Women’s right advocates on Tuesday called for legislation they said would improve women’s health and safety, economic opportunities and electoral participation.
By Kyle Taylor and Sterling Giles, Capital News Service
Introducing its agenda for the General Assembly’s 2016 session, the Women’s Equality Coalition advocated repealing the ban on abortion coverage in the state’s health insurance exchange.
“The current ban on insurance coverage for abortion discriminates against women who work for small businesses and working families who simply can’t afford insurance on their own,” said Tarina Keene, executive director of NARAL Pro-Choice Virginia.
She urged the General Assembly to pass Senate Bill 183, sponsored by Sen. Don McEachin, D-Richmond.
“By abolishing the current ban on insurance for abortion, this bill will allow Virginians once again to purchase a comprehensive health plan that covers the wide range of health insurance they need,” Keene said.
The coalition also proposed that state-sanctioned insurance plans include 12-month supplies of oral contraceptives. Keene said this proposal would help prevent unwanted pregnancies.
“Birth control is essential health care, and it must be affordable and accessible,” Keene said. “Virginia women can only truly have economic security, opportunity and equality when they are able to decide for themselves” when to have children.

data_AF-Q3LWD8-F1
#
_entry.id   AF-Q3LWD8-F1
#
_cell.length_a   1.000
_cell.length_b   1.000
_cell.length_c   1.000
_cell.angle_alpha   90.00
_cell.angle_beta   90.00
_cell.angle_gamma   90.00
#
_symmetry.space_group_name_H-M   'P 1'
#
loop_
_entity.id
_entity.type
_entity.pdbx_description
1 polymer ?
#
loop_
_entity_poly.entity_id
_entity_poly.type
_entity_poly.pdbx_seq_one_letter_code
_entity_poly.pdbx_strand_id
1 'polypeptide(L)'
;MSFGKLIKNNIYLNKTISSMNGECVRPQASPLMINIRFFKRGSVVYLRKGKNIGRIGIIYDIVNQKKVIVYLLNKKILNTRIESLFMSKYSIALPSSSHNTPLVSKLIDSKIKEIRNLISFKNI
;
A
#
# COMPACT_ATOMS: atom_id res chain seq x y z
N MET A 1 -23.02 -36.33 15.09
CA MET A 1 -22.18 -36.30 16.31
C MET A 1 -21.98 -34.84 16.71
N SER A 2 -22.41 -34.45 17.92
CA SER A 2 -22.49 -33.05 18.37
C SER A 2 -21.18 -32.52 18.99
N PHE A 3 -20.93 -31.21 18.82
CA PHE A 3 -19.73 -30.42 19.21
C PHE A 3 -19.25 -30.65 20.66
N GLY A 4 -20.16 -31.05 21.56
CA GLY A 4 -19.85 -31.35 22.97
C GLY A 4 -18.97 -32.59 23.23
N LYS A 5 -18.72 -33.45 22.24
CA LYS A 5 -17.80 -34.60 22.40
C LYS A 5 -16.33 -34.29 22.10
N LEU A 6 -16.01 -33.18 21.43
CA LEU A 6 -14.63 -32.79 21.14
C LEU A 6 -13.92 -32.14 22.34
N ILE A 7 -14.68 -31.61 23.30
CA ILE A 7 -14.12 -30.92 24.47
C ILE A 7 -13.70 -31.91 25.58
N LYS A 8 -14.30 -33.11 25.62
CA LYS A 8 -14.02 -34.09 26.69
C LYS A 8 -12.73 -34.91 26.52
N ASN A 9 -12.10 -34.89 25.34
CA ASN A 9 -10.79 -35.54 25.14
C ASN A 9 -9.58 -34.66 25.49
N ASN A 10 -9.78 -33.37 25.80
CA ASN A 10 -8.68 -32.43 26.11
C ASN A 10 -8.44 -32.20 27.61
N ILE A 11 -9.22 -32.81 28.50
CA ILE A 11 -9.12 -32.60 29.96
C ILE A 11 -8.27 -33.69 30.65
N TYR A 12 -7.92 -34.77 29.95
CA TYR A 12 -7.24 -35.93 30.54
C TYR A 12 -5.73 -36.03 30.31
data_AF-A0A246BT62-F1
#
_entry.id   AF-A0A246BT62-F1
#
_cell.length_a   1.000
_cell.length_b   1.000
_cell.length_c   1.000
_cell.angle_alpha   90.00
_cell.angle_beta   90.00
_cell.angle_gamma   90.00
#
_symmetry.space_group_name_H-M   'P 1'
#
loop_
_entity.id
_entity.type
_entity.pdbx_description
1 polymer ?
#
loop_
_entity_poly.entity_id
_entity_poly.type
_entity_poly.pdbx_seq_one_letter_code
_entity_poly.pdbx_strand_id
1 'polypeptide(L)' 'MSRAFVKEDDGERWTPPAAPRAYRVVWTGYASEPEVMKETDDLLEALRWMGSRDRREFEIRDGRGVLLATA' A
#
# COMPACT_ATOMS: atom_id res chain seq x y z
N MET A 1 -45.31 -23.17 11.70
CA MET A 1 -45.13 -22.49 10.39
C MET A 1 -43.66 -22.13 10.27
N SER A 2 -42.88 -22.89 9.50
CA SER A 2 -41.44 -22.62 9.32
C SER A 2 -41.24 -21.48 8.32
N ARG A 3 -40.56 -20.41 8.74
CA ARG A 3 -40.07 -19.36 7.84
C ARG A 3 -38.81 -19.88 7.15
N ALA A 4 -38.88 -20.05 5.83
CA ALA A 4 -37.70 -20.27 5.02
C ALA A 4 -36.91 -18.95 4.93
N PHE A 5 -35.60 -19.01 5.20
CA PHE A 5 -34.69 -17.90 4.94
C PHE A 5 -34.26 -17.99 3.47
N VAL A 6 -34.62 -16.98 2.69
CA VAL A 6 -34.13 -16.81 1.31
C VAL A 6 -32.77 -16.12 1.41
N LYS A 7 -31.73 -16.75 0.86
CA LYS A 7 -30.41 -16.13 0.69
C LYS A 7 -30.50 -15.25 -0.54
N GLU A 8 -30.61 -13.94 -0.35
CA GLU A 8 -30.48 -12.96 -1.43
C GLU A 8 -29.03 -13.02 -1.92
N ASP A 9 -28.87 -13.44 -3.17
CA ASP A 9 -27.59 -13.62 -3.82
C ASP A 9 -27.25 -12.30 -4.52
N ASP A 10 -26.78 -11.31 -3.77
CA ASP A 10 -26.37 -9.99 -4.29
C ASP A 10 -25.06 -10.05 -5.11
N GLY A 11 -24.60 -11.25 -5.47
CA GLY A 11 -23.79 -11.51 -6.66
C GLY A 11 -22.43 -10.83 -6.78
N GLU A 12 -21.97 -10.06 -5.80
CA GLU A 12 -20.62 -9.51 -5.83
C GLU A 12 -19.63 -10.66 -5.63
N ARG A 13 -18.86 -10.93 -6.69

Anna Scholl, executive director of Progress Virginia, introduced the next agenda topic – economic opportunities for women. Among other ideas, the coalition called for the General Assembly to set Virginia’s minimum wage at $15 an hour. (It’s currently $7.25 per hour.)
“Six in 10 individuals who would benefit from raising the wage are women, and many of them are raising families,” Scholl said. “This is an important tool in closing the wage gap and supporting women and families with bigger economic opportunities.”
Janell Lankford, a single mother with four children, also strongly advocated for raising the minimum wage.
“Even with a degree in early childhood, [my wage] only goes up to $11.50,” said Lankford, a child-care provider in the Richmond area. “That’s not enough money to provide for a family. We can’t live off of minimum wage.”
Carol Noggle, a vice president of the League of Women Voters of Virginia, stressed the importance of women participating in the democratic process.
“We need more choices in who is going to make decisions about reproductive rights and reproductive health, child care and equal pay for equal work,” Noggle said.
“In the 2015 election, there weren’t many choices on the electoral ballot. There were 80 races in the Senate and the House where there was only one candidate on the ballot. That’s not a choice.”
Geneva Perry, a single mother from Williamsburg, also stressed the importance of making it easier for busy working women to vote.
“Voting is a responsibility that I do not take lightly,” Perry said. “You can understand my anger and frustration when I learned the federal court decision finding that the General Assembly unconstitutionally tried to reduce the impact of black voters by packing them into the 3rd District. We have to do more to ensure that it doesn’t happen again.”